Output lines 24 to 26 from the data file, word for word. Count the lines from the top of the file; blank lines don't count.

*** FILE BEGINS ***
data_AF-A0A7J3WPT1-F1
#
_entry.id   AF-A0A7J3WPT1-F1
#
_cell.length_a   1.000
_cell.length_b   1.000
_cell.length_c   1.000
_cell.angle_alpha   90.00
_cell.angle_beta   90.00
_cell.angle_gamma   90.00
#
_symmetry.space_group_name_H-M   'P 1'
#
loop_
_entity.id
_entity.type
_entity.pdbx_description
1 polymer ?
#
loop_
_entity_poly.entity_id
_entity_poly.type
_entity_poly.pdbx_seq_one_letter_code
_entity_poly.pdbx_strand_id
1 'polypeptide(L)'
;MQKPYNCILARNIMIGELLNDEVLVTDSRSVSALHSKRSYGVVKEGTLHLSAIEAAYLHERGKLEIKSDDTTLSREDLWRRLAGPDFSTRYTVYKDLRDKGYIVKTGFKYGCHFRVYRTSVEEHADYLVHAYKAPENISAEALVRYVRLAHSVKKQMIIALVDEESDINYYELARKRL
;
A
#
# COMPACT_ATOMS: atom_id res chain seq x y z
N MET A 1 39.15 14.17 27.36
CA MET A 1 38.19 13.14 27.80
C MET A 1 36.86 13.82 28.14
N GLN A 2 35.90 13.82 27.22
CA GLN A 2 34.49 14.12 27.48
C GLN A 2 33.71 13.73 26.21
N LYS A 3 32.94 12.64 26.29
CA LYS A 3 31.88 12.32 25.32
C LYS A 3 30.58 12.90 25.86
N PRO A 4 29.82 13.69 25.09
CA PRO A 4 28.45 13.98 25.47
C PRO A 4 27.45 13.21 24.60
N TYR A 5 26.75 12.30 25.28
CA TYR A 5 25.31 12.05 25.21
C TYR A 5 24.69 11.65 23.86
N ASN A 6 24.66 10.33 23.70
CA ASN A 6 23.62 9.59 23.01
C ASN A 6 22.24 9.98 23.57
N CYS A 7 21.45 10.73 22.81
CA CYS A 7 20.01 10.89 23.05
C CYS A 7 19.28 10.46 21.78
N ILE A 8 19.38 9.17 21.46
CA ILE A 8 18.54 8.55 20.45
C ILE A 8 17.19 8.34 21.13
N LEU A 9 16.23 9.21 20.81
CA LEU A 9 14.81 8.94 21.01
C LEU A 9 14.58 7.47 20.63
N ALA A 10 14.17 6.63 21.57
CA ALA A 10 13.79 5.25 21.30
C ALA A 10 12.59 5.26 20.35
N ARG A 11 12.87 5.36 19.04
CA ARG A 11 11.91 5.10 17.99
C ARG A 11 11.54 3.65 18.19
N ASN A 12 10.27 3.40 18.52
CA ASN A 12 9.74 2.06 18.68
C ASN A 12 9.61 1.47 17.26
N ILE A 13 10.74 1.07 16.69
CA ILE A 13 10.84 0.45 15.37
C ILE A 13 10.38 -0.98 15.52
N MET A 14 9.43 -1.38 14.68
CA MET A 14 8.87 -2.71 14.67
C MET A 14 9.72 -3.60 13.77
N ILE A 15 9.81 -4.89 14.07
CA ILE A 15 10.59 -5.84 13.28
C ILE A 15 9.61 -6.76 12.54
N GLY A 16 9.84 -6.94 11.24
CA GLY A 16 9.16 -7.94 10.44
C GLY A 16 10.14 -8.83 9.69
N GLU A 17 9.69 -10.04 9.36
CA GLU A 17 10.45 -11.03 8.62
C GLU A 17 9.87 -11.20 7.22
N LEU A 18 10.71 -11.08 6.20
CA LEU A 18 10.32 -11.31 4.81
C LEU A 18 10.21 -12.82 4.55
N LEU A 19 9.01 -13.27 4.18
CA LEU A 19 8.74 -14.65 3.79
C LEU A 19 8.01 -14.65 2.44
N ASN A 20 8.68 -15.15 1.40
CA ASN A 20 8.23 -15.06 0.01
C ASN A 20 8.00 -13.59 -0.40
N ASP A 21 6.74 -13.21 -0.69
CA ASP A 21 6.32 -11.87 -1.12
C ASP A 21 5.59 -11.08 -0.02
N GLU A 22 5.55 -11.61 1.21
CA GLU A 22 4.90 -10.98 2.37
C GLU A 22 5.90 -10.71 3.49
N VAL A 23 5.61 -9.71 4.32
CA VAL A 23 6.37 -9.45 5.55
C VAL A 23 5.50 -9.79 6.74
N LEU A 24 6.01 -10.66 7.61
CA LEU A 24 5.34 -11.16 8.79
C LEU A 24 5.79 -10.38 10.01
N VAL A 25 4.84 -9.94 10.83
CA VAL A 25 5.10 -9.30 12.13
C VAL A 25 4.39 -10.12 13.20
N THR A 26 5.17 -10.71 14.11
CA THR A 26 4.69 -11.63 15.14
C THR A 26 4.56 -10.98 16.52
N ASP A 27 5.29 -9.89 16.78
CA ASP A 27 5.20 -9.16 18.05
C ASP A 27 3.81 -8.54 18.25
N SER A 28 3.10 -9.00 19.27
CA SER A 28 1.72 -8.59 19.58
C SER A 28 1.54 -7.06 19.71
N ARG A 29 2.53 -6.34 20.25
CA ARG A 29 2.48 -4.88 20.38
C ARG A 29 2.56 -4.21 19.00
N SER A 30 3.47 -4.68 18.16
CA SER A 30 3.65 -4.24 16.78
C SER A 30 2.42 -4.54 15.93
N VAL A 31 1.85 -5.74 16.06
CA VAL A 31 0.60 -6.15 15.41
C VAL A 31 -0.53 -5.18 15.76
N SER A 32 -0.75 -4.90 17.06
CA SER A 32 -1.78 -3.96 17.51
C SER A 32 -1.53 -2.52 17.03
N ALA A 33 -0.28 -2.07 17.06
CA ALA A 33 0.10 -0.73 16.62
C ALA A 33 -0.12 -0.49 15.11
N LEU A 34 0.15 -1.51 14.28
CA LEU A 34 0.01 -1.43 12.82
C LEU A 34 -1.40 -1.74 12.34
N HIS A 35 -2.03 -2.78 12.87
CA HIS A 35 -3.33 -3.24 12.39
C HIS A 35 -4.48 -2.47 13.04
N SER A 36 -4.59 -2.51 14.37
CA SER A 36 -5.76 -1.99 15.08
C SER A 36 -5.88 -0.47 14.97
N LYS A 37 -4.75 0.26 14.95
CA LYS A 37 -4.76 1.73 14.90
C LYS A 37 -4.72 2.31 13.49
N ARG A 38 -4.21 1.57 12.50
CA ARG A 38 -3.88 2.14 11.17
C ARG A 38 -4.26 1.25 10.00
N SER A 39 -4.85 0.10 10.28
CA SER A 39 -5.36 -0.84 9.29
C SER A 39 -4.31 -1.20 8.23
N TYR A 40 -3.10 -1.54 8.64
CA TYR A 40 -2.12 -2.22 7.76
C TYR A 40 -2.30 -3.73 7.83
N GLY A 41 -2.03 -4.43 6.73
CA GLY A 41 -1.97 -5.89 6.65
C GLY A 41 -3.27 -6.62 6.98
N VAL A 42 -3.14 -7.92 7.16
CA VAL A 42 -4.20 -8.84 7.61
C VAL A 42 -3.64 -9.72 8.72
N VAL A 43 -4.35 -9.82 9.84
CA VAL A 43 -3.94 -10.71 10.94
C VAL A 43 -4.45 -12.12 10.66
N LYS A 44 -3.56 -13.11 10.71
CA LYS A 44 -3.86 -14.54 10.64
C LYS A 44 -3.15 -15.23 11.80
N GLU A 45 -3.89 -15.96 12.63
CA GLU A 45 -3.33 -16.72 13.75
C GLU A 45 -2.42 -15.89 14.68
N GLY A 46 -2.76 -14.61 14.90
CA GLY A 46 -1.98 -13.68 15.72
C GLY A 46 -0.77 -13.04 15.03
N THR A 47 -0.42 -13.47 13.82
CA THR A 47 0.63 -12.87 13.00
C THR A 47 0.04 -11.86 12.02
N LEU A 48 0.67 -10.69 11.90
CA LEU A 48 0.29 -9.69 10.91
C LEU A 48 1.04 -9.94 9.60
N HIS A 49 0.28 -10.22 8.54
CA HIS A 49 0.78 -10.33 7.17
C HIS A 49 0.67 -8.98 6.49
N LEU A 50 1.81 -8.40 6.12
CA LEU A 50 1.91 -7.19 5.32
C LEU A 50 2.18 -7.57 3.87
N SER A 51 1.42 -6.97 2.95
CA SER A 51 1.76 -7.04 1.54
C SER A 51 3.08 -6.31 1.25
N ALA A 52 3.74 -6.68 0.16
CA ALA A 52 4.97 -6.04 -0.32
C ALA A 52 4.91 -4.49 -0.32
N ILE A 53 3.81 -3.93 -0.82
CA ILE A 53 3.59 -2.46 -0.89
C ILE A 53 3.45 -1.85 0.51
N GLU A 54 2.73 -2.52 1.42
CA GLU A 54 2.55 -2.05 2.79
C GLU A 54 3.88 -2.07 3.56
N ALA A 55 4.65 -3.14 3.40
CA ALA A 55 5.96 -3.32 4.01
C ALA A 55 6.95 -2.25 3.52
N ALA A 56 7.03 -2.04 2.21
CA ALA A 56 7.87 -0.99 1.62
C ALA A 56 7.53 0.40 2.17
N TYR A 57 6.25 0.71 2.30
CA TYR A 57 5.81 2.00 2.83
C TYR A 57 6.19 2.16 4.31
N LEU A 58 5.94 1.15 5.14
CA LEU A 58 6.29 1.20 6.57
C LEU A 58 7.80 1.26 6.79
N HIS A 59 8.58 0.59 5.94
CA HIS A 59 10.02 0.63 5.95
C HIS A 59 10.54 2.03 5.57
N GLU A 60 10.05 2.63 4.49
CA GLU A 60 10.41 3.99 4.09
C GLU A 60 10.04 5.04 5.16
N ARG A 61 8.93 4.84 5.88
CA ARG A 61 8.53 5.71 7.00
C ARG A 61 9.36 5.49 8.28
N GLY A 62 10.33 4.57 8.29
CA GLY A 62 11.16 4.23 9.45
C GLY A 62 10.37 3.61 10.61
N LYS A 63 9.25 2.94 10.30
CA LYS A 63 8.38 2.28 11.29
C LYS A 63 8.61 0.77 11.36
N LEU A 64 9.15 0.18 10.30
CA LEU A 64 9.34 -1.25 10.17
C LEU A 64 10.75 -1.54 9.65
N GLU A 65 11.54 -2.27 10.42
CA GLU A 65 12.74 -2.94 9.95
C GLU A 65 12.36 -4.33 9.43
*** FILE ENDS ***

_entity_poly.pdbx_strand_id
1 'polypeptide(L)'
;MQKPYNCILARNIMIGELLNDEVLVTDSRSVSALHSKRSYGVVKEGTLHLSAIEAAYLHERGKLEIKSDDTTLSREDLWRRLAGPDFSTRYTVYKDLRDKGYIVKTGFKYGCHFRVYRTSVEEHADYLVHAYKAPENISAEALVRYVRLAHSVKKQMIIALVDEESDINYYELARKRL